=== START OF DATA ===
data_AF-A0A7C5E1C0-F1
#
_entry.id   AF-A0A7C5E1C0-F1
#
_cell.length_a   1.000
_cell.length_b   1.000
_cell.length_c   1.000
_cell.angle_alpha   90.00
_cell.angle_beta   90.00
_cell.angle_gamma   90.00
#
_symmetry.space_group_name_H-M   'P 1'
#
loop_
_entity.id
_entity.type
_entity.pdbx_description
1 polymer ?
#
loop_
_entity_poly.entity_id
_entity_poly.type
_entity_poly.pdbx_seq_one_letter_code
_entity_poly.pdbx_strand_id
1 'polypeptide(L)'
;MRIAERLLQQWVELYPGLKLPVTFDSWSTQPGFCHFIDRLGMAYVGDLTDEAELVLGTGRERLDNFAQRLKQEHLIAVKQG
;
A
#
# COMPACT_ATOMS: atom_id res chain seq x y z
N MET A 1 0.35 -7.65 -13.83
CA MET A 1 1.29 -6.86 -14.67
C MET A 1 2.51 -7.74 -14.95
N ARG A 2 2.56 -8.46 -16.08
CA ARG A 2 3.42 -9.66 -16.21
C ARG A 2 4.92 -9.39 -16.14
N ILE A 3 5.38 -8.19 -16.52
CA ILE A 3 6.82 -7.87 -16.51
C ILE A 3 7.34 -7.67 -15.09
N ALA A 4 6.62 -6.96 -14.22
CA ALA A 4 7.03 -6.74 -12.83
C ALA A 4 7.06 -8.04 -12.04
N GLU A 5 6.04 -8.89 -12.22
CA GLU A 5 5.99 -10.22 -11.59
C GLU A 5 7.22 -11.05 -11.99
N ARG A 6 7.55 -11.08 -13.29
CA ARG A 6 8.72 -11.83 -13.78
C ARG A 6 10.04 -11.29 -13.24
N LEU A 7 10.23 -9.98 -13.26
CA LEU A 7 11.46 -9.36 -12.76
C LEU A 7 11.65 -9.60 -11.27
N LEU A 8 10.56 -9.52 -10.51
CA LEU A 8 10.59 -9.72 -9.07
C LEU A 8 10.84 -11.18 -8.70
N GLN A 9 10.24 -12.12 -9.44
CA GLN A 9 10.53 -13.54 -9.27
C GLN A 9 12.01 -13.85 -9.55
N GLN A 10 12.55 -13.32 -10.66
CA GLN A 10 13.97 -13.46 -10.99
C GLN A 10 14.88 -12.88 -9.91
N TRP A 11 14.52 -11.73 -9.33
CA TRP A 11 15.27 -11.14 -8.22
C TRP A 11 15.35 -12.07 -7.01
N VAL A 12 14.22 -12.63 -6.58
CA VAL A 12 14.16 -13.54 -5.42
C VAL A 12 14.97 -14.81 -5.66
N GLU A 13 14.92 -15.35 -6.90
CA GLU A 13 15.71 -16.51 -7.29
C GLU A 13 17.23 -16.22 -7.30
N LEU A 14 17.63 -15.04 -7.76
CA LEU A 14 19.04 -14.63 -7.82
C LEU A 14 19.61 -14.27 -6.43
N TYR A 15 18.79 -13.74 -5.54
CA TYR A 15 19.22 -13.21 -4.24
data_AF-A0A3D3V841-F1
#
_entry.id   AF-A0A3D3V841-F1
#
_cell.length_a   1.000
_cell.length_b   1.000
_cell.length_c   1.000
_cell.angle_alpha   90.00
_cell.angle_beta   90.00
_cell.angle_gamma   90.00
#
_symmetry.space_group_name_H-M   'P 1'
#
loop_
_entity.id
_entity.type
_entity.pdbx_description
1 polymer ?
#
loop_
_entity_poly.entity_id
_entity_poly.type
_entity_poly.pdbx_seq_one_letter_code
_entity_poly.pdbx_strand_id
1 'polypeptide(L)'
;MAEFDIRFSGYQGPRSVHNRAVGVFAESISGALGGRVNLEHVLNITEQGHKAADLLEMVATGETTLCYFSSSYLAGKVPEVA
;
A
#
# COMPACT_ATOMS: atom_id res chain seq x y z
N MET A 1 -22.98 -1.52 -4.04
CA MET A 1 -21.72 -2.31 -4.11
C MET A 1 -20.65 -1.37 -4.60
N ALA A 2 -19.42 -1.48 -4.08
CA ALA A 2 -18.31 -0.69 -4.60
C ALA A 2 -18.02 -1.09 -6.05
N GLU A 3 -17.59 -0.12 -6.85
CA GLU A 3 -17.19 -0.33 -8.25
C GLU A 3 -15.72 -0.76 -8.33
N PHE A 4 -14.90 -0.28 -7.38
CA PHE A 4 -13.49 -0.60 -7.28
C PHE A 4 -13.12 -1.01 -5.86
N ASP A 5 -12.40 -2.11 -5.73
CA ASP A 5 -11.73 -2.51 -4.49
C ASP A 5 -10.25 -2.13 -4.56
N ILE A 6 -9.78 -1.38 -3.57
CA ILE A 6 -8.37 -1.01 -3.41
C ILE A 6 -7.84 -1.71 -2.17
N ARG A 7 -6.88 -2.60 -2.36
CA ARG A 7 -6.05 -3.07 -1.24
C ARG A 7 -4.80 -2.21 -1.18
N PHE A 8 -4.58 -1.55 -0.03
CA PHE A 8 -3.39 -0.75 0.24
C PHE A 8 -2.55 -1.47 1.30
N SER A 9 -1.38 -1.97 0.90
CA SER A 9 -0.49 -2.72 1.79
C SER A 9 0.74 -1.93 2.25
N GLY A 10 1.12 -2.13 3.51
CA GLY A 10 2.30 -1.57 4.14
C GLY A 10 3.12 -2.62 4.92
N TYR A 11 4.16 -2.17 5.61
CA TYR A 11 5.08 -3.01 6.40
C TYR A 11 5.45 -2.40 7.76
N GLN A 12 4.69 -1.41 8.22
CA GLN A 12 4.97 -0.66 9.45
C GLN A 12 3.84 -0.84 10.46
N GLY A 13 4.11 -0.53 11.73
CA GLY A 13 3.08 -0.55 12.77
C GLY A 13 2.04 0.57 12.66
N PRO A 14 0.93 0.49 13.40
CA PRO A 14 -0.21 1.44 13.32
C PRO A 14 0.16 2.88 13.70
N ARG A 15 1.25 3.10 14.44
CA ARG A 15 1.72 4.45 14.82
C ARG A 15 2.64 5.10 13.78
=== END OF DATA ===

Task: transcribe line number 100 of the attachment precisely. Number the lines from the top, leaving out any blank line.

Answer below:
;MAEFDIRFSGYQGPRSVHNRAVGVFAESISGALGGRVNLEHVLNITEQGHKAADLLEMVATGETTLCYFSSSYLAGKVPEVA